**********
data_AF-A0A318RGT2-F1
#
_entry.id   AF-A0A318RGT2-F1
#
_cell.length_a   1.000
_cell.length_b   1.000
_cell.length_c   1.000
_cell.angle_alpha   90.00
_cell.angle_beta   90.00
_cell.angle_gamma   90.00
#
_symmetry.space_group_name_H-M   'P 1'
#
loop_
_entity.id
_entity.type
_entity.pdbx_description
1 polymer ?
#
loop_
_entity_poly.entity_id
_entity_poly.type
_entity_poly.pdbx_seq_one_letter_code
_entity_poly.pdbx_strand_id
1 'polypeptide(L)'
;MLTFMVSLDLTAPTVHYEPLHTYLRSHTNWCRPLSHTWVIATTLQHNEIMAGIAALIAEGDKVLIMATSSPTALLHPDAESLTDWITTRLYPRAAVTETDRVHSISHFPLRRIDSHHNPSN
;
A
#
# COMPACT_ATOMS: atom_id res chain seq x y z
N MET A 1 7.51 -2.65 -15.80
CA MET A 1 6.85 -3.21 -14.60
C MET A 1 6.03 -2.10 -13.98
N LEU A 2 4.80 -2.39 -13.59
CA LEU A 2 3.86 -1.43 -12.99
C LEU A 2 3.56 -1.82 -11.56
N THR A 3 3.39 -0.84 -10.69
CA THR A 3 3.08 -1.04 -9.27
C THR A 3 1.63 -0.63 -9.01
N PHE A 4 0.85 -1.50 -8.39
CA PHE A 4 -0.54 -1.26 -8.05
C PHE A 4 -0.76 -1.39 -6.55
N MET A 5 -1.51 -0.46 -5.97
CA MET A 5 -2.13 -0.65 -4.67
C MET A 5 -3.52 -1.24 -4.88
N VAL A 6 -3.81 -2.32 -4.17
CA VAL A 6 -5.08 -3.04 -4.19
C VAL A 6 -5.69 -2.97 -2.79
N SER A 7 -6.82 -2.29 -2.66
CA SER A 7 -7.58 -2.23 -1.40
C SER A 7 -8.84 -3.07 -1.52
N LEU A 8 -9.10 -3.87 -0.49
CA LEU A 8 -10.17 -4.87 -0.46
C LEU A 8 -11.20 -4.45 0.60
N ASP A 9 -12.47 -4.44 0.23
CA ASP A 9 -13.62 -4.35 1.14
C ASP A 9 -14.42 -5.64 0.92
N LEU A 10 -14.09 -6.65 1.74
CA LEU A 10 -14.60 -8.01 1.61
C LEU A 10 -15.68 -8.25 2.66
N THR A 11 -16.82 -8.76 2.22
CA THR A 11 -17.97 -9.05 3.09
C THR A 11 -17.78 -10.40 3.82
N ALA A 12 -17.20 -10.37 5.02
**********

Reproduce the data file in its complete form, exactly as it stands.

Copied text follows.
data_AF-A0A318RGT2-F1
#
_entry.id   AF-A0A318RGT2-F1
#
_cell.length_a   1.000
_cell.length_b   1.000
_cell.length_c   1.000
_cell.angle_alpha   90.00
_cell.angle_beta   90.00
_cell.angle_gamma   90.00
#
_symmetry.space_group_name_H-M   'P 1'
#
loop_
_entity.id
_entity.type
_entity.pdbx_description
1 polymer ?
#
loop_
_entity_poly.entity_id
_entity_poly.type
_entity_poly.pdbx_seq_one_letter_code
_entity_poly.pdbx_strand_id
1 'polypeptide(L)'
;MLTFMVSLDLTAPTVHYEPLHTYLRSHTNWCRPLSHTWVIATTLQHNEIMAGIAALIAEGDKVLIMATSSPTALLHPDAESLTDWITTRLYPRAAVTETDRVHSISHFPLRRIDSHHNPSN
;
A
#
# COMPACT_ATOMS: atom_id res chain seq x y z
N MET A 1 7.51 -2.65 -15.80
CA MET A 1 6.85 -3.21 -14.60
C MET A 1 6.03 -2.10 -13.98
N LEU A 2 4.80 -2.39 -13.59
CA LEU A 2 3.86 -1.43 -12.99
C LEU A 2 3.56 -1.82 -11.56
N THR A 3 3.39 -0.84 -10.69
CA THR A 3 3.08 -1.04 -9.27
C THR A 3 1.63 -0.63 -9.01
N PHE A 4 0.85 -1.50 -8.39
CA PHE A 4 -0.54 -1.26 -8.05
C PHE A 4 -0.76 -1.39 -6.55
N MET A 5 -1.51 -0.46 -5.97
CA MET A 5 -2.13 -0.65 -4.67
C MET A 5 -3.52 -1.24 -4.88
N VAL A 6 -3.81 -2.32 -4.17
CA VAL A 6 -5.08 -3.04 -4.19
C VAL A 6 -5.69 -2.97 -2.79
N SER A 7 -6.82 -2.29 -2.66
CA SER A 7 -7.58 -2.23 -1.40
C SER A 7 -8.84 -3.07 -1.52
N LEU A 8 -9.10 -3.87 -0.49
CA LEU A 8 -10.17 -4.87 -0.46
C LEU A 8 -11.20 -4.45 0.60
N ASP A 9 -12.47 -4.44 0.23
CA ASP A 9 -13.62 -4.35 1.14
C ASP A 9 -14.42 -5.64 0.92
N LEU A 10 -14.09 -6.65 1.74
CA LEU A 10 -14.60 -8.01 1.61
C LEU A 10 -15.68 -8.25 2.66
N THR A 11 -16.82 -8.76 2.22
CA THR A 11 -17.97 -9.05 3.09
C THR A 11 -17.78 -10.40 3.82
N ALA A 12 -17.20 -10.37 5.02